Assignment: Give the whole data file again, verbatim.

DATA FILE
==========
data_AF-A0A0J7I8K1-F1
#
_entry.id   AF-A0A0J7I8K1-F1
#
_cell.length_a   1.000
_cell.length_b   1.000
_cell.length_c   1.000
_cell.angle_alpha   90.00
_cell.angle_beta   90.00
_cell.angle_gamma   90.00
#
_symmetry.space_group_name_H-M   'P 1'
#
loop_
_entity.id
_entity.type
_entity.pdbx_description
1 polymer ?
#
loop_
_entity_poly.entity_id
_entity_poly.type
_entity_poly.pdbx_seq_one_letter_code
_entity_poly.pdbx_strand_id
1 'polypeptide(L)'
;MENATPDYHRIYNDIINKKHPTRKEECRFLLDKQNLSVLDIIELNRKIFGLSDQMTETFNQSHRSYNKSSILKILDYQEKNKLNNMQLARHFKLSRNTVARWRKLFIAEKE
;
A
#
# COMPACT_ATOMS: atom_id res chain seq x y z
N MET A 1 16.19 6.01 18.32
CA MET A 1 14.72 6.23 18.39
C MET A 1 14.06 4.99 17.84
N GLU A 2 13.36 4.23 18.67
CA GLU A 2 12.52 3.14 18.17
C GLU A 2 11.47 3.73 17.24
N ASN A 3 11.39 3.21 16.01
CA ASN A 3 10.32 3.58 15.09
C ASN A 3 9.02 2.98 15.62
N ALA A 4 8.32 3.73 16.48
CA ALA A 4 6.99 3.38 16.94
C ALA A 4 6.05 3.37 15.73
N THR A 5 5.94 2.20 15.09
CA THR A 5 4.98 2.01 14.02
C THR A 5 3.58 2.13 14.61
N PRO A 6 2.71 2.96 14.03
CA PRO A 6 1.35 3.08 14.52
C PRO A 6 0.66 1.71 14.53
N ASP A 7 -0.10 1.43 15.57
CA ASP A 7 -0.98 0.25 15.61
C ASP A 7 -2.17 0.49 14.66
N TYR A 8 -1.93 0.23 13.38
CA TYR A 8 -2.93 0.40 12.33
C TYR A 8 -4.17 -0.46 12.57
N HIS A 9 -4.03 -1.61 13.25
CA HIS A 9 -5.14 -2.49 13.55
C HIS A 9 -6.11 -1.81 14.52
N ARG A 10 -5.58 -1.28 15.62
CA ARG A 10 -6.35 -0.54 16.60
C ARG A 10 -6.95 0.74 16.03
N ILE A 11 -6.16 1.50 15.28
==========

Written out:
data_AF-A0A0J7I8K1-F1
#
_entry.id   AF-A0A0J7I8K1-F1
#
_cell.length_a   1.000
_cell.length_b   1.000
_cell.length_c   1.000
_cell.angle_alpha   90.00
_cell.angle_beta   90.00
_cell.angle_gamma   90.00
#
_symmetry.space_group_name_H-M   'P 1'
#
loop_
_entity.id
_entity.type
_entity.pdbx_description
1 polymer ?
#
loop_
_entity_poly.entity_id
_entity_poly.type
_entity_poly.pdbx_seq_one_letter_code
_entity_poly.pdbx_strand_id
1 'polypeptide(L)'
;MENATPDYHRIYNDIINKKHPTRKEECRFLLDKQNLSVLDIIELNRKIFGLSDQMTETFNQSHRSYNKSSILKILDYQEKNKLNNMQLARHFKLSRNTVARWRKLFIAEKE
;
A
#
# COMPACT_ATOMS: atom_id res chain seq x y z
N MET A 1 16.19 6.01 18.32
CA MET A 1 14.72 6.23 18.39
C MET A 1 14.06 4.99 17.84
N GLU A 2 13.36 4.23 18.67
CA GLU A 2 12.52 3.14 18.17
C GLU A 2 11.47 3.73 17.24
N ASN A 3 11.39 3.21 16.01
CA ASN A 3 10.32 3.58 15.09
C ASN A 3 9.02 2.98 15.62
N ALA A 4 8.32 3.73 16.48
CA ALA A 4 6.99 3.38 16.94
C ALA A 4 6.05 3.37 15.73
N THR A 5 5.94 2.20 15.09
CA THR A 5 4.98 2.01 14.02
C THR A 5 3.58 2.13 14.61
N PRO A 6 2.71 2.96 14.03
CA PRO A 6 1.35 3.08 14.52
C PRO A 6 0.66 1.71 14.53
N ASP A 7 -0.10 1.43 15.57
CA ASP A 7 -0.98 0.25 15.61
C ASP A 7 -2.17 0.49 14.66
N TYR A 8 -1.93 0.23 13.38
CA TYR A 8 -2.93 0.40 12.33
C TYR A 8 -4.17 -0.46 12.57
N HIS A 9 -4.03 -1.61 13.25
CA HIS A 9 -5.14 -2.49 13.55
C HIS A 9 -6.11 -1.81 14.52
N ARG A 10 -5.58 -1.28 15.62
CA ARG A 10 -6.35 -0.54 16.60
C ARG A 10 -6.95 0.74 16.03
N ILE A 11 -6.16 1.50 15.28